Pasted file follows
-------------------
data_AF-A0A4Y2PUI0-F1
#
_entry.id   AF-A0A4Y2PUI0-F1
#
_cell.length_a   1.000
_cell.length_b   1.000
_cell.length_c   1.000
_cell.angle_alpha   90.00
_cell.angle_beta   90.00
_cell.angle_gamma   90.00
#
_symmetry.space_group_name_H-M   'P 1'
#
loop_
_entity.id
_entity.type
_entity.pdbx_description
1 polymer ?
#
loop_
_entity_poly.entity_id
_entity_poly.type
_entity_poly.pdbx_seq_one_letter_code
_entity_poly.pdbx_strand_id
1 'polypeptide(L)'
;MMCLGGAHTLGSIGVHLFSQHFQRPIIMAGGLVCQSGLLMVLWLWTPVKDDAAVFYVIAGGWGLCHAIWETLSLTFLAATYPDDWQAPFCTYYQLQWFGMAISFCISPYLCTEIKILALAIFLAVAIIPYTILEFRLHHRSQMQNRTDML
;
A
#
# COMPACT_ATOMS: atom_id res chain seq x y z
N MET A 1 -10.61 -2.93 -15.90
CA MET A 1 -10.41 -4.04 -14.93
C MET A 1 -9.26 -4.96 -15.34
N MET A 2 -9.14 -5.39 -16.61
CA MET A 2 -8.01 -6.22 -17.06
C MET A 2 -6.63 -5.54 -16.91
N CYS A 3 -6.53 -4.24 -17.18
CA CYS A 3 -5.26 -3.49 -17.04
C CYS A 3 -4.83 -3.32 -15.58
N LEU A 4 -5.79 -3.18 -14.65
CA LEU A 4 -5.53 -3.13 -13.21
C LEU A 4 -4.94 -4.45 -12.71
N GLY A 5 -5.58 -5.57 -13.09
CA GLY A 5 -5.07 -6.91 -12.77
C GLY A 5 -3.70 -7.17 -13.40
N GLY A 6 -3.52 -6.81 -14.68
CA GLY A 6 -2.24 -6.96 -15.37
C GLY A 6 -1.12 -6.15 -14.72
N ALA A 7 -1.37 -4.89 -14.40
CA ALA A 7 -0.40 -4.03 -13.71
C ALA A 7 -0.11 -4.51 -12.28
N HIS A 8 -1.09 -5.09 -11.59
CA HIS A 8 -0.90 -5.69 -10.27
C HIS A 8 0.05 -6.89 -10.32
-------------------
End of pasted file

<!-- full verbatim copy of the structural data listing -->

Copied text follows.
data_AF-A0A4Y2PUI0-F1
#
_entry.id   AF-A0A4Y2PUI0-F1
#
_cell.length_a   1.000
_cell.length_b   1.000
_cell.length_c   1.000
_cell.angle_alpha   90.00
_cell.angle_beta   90.00
_cell.angle_gamma   90.00
#
_symmetry.space_group_name_H-M   'P 1'
#
loop_
_entity.id
_entity.type
_entity.pdbx_description
1 polymer ?
#
loop_
_entity_poly.entity_id
_entity_poly.type
_entity_poly.pdbx_seq_one_letter_code
_entity_poly.pdbx_strand_id
1 'polypeptide(L)'
;MMCLGGAHTLGSIGVHLFSQHFQRPIIMAGGLVCQSGLLMVLWLWTPVKDDAAVFYVIAGGWGLCHAIWETLSLTFLAATYPDDWQAPFCTYYQLQWFGMAISFCISPYLCTEIKILALAIFLAVAIIPYTILEFRLHHRSQMQNRTDML
;
A
#
# COMPACT_ATOMS: atom_id res chain seq x y z
N MET A 1 -10.61 -2.93 -15.90
CA MET A 1 -10.41 -4.04 -14.93
C MET A 1 -9.26 -4.96 -15.34
N MET A 2 -9.14 -5.39 -16.61
CA MET A 2 -8.01 -6.22 -17.06
C MET A 2 -6.63 -5.54 -16.91
N CYS A 3 -6.53 -4.24 -17.18
CA CYS A 3 -5.26 -3.49 -17.04
C CYS A 3 -4.83 -3.32 -15.58
N LEU A 4 -5.79 -3.18 -14.65
CA LEU A 4 -5.53 -3.13 -13.21
C LEU A 4 -4.94 -4.45 -12.71
N GLY A 5 -5.58 -5.57 -13.09
CA GLY A 5 -5.07 -6.91 -12.77
C GLY A 5 -3.70 -7.17 -13.40
N GLY A 6 -3.52 -6.81 -14.68
CA GLY A 6 -2.24 -6.96 -15.37
C GLY A 6 -1.12 -6.15 -14.72
N ALA A 7 -1.37 -4.89 -14.40
CA ALA A 7 -0.40 -4.03 -13.71
C ALA A 7 -0.11 -4.51 -12.28
N HIS A 8 -1.09 -5.09 -11.59
CA HIS A 8 -0.90 -5.69 -10.27
C HIS A 8 0.05 -6.89 -10.32